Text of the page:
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Farm financials in Canada and the U.S.: Considering the differences

  • Mar 14, 2017

Gearing up for another year? FCC Economics wants to pump up your farm financial fitness. Throughout March, we'll be sharing posts to help put your 2017 farm financials into a larger context. We'll also makes sense of key financial tools as you go. Check back weekly to see where Canadian ag is going and how you can stay ahead.

Building an agricultural operation requires a lot of work and capital. Elevated farm asset values may pose a challenge in an environment challenged by production, marketing and financial risk, especially so for young producers.

This post examines Canada’s farm asset values – how debt has been used to finance these assets and how profitability has supported Canadian asset values over the last five years.  We’ll compare them to assets in the U.S. to understand the financial health of each country’s farm economy, and how they’re expected to trend in 2017.

Canadian asset values outpace U.S. growth in assets

Asset values in Canada have climbed each year over the last five, and they’re expected to continue climbing in 2017, an indication of a healthy farm economy. A large portion of that increase is tied to land which typically accounts for a majority of all Canadian farm assets (see our 2015 Farmland Values Report). A big driver of recent land purchases was the increase in farm cash receipts, once again higher than the five-year average. The recent period of low interest rates also helped.

Preliminary research shows debt grew in Canada close to 7% in 2016 and should grow between 3% and 5% in 2017. Those increases result from expected growth in farm asset values in 2016 and 2017. Asset values climbed faster than debt up to 2015, when the trend reversed. In both 2016 and 2017, debt is expected to grow faster than assets.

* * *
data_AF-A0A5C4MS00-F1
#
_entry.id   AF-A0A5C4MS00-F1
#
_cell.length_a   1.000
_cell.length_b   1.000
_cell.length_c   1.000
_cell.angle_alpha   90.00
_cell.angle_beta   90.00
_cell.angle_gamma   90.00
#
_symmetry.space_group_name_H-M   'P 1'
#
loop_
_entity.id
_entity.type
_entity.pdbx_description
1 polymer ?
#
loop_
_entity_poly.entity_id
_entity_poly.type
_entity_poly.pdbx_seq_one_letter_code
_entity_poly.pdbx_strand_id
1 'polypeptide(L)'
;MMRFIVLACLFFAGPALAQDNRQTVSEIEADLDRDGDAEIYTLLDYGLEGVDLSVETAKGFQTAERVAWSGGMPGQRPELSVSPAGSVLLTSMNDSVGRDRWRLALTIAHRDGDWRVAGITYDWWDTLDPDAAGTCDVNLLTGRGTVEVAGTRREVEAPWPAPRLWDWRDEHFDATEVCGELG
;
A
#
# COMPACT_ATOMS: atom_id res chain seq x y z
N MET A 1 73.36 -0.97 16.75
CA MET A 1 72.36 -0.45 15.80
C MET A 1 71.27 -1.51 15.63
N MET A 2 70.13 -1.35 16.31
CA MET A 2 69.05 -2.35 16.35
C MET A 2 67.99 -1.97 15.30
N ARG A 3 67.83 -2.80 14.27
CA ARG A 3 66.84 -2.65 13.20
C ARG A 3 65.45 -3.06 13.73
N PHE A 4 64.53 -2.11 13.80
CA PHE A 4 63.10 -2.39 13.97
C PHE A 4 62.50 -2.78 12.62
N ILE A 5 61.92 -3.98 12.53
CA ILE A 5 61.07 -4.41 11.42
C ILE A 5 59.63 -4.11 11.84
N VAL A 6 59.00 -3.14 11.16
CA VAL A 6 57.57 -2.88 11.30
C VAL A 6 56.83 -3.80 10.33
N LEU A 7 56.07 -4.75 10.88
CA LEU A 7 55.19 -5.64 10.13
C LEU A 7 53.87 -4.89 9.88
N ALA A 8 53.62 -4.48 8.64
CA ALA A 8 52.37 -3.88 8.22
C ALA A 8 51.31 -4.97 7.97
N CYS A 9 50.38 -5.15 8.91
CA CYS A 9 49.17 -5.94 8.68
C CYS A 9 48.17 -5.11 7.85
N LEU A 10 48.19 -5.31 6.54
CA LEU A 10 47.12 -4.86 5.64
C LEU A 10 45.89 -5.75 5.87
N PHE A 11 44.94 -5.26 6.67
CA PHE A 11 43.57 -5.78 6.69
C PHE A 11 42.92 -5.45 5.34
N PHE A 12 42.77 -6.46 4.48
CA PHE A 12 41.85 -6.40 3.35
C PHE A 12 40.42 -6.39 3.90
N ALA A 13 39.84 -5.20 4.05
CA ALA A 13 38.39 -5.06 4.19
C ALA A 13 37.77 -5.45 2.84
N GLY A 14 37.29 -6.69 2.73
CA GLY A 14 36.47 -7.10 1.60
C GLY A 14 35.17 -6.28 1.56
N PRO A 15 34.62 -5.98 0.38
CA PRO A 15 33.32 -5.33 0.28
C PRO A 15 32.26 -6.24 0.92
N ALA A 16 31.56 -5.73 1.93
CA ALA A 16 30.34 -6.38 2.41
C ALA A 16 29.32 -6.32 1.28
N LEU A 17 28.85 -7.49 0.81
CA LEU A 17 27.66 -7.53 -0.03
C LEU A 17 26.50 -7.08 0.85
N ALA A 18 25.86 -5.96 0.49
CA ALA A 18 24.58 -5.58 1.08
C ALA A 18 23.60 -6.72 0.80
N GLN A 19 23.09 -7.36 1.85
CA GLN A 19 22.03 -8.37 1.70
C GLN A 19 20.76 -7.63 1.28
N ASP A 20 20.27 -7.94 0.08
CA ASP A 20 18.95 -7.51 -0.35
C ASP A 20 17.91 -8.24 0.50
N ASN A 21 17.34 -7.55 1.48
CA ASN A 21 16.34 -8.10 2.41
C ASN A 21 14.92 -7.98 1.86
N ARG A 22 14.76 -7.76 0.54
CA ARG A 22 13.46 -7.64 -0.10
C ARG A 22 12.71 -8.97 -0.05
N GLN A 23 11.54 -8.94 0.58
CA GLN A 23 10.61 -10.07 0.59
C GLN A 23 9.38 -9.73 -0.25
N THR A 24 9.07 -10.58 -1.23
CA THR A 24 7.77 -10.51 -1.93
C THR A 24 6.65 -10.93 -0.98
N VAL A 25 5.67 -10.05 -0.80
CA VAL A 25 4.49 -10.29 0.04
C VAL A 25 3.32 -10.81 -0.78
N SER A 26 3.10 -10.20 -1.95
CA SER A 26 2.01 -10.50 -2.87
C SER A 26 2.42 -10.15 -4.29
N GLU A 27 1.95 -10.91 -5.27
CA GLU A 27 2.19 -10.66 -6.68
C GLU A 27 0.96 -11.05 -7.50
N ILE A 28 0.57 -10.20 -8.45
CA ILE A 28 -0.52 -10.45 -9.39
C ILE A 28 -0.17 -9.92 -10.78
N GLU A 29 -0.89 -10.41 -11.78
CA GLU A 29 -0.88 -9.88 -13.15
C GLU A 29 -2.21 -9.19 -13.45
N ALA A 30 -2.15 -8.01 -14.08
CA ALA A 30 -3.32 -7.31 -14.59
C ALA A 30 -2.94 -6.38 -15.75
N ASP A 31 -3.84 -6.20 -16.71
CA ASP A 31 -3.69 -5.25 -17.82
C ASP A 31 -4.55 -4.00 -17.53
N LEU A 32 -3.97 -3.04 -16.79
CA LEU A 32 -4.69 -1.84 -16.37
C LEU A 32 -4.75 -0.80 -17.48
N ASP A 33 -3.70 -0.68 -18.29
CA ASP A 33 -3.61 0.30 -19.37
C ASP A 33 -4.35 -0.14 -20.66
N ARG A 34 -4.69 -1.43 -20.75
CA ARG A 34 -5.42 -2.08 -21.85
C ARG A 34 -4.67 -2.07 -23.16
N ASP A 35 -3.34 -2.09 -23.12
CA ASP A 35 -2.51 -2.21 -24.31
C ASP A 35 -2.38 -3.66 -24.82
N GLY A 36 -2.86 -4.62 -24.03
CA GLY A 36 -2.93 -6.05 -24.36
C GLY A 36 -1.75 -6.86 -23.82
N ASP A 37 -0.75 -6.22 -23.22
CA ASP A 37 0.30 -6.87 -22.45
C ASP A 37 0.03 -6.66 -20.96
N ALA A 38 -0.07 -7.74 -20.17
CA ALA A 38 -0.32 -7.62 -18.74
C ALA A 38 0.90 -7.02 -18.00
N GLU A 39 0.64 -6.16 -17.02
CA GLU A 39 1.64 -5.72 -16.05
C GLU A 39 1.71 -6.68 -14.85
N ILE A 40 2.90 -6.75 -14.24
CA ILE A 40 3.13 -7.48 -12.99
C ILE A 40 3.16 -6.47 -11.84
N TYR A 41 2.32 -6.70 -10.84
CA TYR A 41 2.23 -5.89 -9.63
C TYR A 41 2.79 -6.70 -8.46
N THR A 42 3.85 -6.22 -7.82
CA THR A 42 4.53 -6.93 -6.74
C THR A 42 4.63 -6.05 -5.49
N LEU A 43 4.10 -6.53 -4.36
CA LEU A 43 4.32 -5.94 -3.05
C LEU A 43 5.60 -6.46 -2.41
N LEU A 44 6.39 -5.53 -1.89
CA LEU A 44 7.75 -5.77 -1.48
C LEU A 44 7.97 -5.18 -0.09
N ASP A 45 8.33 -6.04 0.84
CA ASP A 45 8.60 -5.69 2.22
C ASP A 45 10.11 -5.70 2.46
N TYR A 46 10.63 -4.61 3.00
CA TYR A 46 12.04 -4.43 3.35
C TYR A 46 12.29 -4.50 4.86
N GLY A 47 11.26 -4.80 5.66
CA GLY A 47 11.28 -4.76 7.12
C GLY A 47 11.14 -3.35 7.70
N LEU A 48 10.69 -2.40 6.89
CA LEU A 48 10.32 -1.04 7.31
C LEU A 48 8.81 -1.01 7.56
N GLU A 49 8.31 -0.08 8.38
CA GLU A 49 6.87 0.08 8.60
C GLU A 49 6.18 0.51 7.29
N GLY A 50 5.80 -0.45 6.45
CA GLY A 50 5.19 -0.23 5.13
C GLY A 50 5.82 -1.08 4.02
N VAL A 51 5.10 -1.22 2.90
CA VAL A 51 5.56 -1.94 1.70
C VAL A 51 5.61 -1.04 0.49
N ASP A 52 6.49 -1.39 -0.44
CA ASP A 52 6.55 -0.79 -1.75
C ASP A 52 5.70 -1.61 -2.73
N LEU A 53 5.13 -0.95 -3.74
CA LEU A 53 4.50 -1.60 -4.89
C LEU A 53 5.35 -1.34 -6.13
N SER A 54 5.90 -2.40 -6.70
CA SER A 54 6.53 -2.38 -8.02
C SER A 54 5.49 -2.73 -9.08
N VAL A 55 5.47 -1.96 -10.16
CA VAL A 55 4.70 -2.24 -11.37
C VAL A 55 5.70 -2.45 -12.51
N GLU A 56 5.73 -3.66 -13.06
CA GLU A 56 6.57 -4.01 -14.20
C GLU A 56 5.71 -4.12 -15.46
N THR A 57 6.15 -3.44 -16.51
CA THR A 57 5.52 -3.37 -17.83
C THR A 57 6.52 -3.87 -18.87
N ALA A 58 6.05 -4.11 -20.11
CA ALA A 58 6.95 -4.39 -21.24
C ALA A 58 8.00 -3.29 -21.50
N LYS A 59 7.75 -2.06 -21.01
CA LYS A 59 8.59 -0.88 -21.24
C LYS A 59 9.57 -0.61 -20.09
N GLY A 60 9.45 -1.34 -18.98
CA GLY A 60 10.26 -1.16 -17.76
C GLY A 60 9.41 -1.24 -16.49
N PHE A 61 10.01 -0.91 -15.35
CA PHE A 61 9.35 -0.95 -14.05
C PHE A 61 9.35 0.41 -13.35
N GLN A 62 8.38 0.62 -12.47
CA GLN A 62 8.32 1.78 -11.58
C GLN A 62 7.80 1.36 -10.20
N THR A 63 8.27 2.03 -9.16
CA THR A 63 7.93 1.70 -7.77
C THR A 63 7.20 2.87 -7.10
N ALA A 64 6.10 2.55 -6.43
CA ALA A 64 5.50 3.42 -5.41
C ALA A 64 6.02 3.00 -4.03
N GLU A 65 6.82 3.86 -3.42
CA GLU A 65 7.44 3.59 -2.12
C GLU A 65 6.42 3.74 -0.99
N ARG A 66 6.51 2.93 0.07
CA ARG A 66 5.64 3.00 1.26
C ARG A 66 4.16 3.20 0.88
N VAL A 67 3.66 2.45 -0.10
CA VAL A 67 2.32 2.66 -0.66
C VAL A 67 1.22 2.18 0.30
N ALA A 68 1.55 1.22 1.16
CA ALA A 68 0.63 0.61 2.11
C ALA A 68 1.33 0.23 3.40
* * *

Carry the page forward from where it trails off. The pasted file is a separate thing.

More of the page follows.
As a result, Canada’s debt-to-asset ratio has averaged 15.6% between 2011 and 2015, and should increase slightly in 2016 and 2017. This ratio shows the extent of the Canadian ag sector’s financial leverage: roughly $16 in overall debt has been used to finance $100 in total farm assets.

Debt-to-Asset ratio

The debt to asset ratio indicates the proportion of a company's assets financed with debt, rather than equity.

An operation funding its assets with more debt than equity runs a greater risk of insolvency, or not being able to pay back its debts. This can become a problem when cash flows are subject to pressures, or more generally, if interest rates increase.

How it works

A low debt-to-asset ratio provides flexibility:

  1. To extend terms on existing debt when profits and repayment capacity are tighter.
  2. To borrow more money if an opportunity shows up.

How’s your farm financial fitness? Watch Calculating your debt-to-asset ratio.

Canada and U.S. debt-to-asset ratios: How do they stack up?

In 2017, U.S. asset values are expected to drop for the fourth straight year, driven in large part by expected declines in land values in 2016 and 2017. Debt has outgrown asset values in the U.S. since 2012, when their debt-to-asset ratio hit its low of 11.3%. The ratio has climbed slightly, showing U.S. agriculture was leveraged at about 13% in 2016, expected to grow to 14% in 2017.

The debt-to-asset ratio is key to monitor as it can foretell difficulties in debt repayment. Concern about Canada’s ratio appears at this time to be unwarranted. There may have been a larger spread between Canadian and U.S. ratios in the past, but these differences have often been rooted in the underlying characteristics of each country’s agriculture industry, and not necessarily in individual producers’ financing decisions.